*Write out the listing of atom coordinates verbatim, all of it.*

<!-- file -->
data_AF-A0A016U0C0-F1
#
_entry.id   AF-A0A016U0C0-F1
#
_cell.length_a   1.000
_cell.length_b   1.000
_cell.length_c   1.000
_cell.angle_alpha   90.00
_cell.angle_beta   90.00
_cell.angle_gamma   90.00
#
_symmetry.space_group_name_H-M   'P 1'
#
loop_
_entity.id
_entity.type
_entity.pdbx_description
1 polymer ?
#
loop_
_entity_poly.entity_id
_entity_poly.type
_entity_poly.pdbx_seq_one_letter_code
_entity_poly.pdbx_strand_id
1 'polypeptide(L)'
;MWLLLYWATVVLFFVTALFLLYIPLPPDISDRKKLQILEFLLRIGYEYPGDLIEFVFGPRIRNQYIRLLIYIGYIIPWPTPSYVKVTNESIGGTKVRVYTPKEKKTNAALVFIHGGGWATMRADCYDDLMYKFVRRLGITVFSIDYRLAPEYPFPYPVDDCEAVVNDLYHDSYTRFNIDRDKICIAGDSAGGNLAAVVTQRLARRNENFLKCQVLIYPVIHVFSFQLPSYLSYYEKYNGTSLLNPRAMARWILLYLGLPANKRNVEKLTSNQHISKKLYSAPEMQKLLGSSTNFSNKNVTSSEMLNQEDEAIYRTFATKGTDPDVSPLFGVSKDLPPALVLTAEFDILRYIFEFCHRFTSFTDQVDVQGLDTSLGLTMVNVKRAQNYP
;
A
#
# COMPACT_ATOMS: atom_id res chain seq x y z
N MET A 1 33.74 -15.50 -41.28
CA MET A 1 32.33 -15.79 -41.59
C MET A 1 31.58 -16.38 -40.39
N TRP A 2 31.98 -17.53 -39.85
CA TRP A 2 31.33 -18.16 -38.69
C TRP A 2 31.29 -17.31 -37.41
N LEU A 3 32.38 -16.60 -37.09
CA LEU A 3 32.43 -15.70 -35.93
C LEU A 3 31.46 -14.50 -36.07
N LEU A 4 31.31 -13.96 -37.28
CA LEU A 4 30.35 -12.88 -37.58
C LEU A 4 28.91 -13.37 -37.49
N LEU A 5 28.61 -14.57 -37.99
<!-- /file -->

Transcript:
data_AF-A0A016U0C0-F1
#
_entry.id   AF-A0A016U0C0-F1
#
_cell.length_a   1.000
_cell.length_b   1.000
_cell.length_c   1.000
_cell.angle_alpha   90.00
_cell.angle_beta   90.00
_cell.angle_gamma   90.00
#
_symmetry.space_group_name_H-M   'P 1'
#
loop_
_entity.id
_entity.type
_entity.pdbx_description
1 polymer ?
#
loop_
_entity_poly.entity_id
_entity_poly.type
_entity_poly.pdbx_seq_one_letter_code
_entity_poly.pdbx_strand_id
1 'polypeptide(L)'
;MWLLLYWATVVLFFVTALFLLYIPLPPDISDRKKLQILEFLLRIGYEYPGDLIEFVFGPRIRNQYIRLLIYIGYIIPWPTPSYVKVTNESIGGTKVRVYTPKEKKTNAALVFIHGGGWATMRADCYDDLMYKFVRRLGITVFSIDYRLAPEYPFPYPVDDCEAVVNDLYHDSYTRFNIDRDKICIAGDSAGGNLAAVVTQRLARRNENFLKCQVLIYPVIHVFSFQLPSYLSYYEKYNGTSLLNPRAMARWILLYLGLPANKRNVEKLTSNQHISKKLYSAPEMQKLLGSSTNFSNKNVTSSEMLNQEDEAIYRTFATKGTDPDVSPLFGVSKDLPPALVLTAEFDILRYIFEFCHRFTSFTDQVDVQGLDTSLGLTMVNVKRAQNYP
;
A
#
# COMPACT_ATOMS: atom_id res chain seq x y z
N MET A 1 33.74 -15.50 -41.28
CA MET A 1 32.33 -15.79 -41.59
C MET A 1 31.58 -16.38 -40.39
N TRP A 2 31.98 -17.53 -39.85
CA TRP A 2 31.33 -18.16 -38.69
C TRP A 2 31.29 -17.31 -37.41
N LEU A 3 32.38 -16.60 -37.09
CA LEU A 3 32.43 -15.70 -35.93
C LEU A 3 31.46 -14.50 -36.07
N LEU A 4 31.31 -13.96 -37.28
CA LEU A 4 30.35 -12.88 -37.58
C LEU A 4 28.91 -13.37 -37.49
N LEU A 5 28.61 -14.57 -37.99